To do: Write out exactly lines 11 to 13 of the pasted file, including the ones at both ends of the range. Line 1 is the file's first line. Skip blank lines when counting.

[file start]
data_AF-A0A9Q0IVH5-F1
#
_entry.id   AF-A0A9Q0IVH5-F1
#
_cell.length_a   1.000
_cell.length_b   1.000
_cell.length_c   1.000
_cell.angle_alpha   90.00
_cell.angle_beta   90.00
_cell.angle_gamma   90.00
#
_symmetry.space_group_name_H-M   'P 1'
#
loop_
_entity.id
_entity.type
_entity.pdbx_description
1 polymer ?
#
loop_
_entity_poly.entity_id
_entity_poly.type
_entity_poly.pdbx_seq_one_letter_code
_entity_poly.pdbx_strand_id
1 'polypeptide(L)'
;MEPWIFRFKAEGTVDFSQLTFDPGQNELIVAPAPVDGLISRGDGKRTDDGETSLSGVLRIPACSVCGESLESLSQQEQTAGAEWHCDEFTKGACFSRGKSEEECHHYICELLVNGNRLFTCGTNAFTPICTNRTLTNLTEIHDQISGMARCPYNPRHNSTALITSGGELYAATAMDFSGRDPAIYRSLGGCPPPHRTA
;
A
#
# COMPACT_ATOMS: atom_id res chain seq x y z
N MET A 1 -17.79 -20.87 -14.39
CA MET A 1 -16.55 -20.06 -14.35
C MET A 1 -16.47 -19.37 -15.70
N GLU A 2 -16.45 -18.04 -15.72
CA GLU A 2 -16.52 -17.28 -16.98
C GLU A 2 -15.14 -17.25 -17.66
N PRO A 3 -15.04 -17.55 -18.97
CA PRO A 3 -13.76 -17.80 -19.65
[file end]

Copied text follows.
#
_symmetry.space_group_name_H-M   'P 1'
#